Compare any two graphics cards:
Radeon HD 6850 vs Radeon RX 460
IntroThe Radeon HD 6850 has a GPU core speed of 775 MHz, and the 1024 MB of GDDR5 RAM runs at 1000 MHz through a 256-bit bus. It also is made up of 960 SPUs, 48 TAUs, and 32 Raster Operation Units.
Compare that to the Radeon RX 460, which has GPU core speed of 1090 MHz, and 4096 MB of GDDR5 memory set to run at 1750 MHz through a 128-bit bus. It also is made up of 896 Stream Processors, 56 TAUs, and 16 ROPs.
Power Usage and Theoretical Benchmarks
Power Consumption (Max TDP)
In theory, the Radeon HD 6850 will be 14% faster than the Radeon RX 460 in general, because of its higher data rate. (explain)
Texel RateThe Radeon RX 460 should be a lot (more or less 64%) better at texture filtering than the Radeon HD 6850. (explain)
Pixel RateThe Radeon HD 6850 is much (about 42%) more effective at anti-aliasing than the Radeon RX 460, and also capable of handling higher screen resolutions without slowing down too much. (explain)
Please note that the above 'benchmarks' are all just theoretical - the results were calculated based on the card's specifications, and real-world performance may (and probably will) vary at least a bit.
Please note that the price comparisons are based on search keywords - sometimes it might show cards with very similar names that are not exactly the same as the one chosen in the comparison. We do try to filter out the wrong results as best we can, though.
Memory Bandwidth: Bandwidth is the maximum amount of data (in units of megabytes per second) that can be moved across the external memory interface in one second. It's worked out by multiplying the bus width by the speed of its memory. In the case of DDR type memory, the result should be multiplied by 2 once again. If DDR5, multiply by 4 instead. The higher the memory bandwidth, the faster the card will be in general. It especially helps with anti-aliasing, HDR and high resolutions.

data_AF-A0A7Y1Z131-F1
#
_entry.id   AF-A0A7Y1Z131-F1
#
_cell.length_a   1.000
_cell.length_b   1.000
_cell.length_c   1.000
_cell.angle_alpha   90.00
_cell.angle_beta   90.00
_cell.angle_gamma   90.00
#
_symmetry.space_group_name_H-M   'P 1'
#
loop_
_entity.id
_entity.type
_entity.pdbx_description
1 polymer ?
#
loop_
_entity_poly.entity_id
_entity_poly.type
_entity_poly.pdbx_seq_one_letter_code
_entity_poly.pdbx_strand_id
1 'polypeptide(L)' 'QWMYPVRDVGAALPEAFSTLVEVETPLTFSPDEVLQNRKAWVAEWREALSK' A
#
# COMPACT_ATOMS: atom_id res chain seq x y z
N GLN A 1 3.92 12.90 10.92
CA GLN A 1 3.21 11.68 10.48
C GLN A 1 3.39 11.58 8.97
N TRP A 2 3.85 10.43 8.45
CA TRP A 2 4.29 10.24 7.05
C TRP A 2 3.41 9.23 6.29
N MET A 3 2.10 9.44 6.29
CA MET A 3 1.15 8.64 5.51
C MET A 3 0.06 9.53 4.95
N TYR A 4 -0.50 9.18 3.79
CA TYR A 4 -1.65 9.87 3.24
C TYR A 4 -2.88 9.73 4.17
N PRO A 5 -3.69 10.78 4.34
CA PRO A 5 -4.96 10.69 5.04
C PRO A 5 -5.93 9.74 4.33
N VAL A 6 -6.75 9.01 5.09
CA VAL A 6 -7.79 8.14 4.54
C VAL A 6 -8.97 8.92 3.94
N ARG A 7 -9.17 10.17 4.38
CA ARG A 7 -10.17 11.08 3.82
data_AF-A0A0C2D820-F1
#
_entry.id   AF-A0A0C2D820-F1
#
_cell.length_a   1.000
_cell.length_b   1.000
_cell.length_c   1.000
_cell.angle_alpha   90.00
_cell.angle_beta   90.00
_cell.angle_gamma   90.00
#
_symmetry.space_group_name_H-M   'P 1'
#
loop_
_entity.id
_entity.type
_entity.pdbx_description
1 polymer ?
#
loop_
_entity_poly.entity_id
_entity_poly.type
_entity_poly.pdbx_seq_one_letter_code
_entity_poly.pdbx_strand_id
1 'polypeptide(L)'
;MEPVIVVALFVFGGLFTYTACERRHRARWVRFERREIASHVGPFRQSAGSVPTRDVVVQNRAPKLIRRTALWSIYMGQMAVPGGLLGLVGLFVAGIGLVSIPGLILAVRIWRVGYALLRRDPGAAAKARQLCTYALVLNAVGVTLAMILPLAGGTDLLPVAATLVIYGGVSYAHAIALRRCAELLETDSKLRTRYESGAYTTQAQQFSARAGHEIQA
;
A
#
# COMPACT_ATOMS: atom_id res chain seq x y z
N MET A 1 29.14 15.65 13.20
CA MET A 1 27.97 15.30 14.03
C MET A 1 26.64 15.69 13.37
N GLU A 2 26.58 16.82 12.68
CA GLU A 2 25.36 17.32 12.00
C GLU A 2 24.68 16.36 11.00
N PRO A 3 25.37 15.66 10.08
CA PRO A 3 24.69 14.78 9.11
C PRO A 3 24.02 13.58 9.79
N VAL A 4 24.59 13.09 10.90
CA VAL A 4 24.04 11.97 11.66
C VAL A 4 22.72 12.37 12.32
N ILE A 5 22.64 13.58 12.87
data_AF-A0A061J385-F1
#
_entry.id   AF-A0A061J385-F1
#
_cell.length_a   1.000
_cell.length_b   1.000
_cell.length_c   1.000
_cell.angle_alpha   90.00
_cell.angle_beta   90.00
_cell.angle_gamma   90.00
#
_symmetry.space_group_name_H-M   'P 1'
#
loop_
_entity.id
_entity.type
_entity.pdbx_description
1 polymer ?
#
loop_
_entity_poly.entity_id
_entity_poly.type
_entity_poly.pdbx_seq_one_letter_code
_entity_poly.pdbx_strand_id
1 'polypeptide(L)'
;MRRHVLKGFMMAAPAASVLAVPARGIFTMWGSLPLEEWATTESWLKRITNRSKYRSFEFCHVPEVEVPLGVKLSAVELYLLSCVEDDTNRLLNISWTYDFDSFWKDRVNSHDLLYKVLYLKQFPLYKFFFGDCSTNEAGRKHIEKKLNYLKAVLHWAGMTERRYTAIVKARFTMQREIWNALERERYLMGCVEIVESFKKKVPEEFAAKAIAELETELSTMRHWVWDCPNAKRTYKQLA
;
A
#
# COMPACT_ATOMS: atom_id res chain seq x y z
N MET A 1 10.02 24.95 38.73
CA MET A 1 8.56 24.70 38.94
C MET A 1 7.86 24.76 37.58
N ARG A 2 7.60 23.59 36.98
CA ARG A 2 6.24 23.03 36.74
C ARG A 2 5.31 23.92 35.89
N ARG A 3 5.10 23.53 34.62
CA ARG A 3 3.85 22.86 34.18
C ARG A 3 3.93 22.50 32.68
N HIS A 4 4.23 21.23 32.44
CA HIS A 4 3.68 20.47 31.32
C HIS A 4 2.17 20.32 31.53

Texel Rate: Texel rate is the maximum texture map elements (texels) that are processed in one second. This is worked out by multiplying the total texture units of the card by the core speed of the chip. The better the texel rate, the better the graphics card will be at handling texture filtering (anisotropic filtering - AF). It is measured in millions of texels in one second.
Pixel Rate: Pixel rate is the most pixels that the graphics chip could possibly record to its local memory in a second - measured in millions of pixels per second. The figure is worked out by multiplying the number of Raster Operations Pipelines by the the core speed of the card. ROPs (Raster Operations Pipelines - also called Render Output Units) are responsible for filling the screen with pixels (the image). The actual pixel rate is also dependant on lots of other factors, most notably the memory bandwidth - the lower the bandwidth is, the lower the potential to reach the max fill rate.